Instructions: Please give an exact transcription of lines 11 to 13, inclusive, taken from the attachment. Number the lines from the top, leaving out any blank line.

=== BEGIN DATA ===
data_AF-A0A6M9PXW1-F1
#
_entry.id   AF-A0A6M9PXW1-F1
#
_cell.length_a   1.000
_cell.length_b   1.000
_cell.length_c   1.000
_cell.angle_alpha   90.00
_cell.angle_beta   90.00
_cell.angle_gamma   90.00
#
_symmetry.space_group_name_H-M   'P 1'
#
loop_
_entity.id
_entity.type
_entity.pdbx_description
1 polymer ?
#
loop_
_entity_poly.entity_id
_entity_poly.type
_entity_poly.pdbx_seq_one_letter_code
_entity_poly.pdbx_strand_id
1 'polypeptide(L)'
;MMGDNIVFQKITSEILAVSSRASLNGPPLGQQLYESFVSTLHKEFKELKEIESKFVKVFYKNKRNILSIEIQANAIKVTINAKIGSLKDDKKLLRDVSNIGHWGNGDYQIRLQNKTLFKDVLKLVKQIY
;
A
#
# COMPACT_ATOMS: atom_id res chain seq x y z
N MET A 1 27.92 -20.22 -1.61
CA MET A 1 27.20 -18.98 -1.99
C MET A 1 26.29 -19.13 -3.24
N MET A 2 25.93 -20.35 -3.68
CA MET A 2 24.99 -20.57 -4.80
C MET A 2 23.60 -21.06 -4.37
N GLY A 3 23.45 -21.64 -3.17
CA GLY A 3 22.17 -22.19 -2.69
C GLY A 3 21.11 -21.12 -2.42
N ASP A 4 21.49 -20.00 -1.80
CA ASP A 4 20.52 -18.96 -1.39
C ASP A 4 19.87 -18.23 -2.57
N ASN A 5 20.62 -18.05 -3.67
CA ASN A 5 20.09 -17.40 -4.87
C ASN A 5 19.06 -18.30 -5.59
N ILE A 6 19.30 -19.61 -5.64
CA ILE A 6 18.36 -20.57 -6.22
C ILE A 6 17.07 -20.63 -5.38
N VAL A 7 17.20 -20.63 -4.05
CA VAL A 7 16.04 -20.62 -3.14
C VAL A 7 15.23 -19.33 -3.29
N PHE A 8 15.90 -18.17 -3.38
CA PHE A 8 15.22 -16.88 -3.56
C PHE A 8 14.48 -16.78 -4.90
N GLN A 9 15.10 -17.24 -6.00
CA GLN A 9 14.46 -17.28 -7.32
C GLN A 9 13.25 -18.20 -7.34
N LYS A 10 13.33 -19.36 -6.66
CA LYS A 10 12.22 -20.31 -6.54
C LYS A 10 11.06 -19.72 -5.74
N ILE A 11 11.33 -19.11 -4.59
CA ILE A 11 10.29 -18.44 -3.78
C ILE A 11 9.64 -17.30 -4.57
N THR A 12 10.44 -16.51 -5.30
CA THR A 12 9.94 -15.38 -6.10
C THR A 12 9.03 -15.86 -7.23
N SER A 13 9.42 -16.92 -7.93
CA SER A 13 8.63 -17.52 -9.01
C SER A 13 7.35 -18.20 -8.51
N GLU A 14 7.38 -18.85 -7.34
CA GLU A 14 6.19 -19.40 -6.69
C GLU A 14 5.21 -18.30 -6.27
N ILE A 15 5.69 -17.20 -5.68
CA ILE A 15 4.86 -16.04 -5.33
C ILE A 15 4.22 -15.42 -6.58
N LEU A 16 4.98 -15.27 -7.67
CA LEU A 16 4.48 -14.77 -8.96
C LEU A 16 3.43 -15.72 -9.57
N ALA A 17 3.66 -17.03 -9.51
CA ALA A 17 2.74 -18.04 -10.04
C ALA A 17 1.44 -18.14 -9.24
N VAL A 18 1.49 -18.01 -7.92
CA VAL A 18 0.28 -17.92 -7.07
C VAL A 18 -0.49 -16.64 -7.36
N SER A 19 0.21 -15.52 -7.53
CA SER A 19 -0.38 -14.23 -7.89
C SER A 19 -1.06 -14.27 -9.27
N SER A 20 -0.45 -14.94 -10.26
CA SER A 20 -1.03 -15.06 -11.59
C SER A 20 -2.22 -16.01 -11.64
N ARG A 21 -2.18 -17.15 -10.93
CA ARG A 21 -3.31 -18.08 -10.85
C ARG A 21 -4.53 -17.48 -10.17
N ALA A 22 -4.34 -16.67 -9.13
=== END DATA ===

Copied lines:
#
_symmetry.space_group_name_H-M   'P 1'
#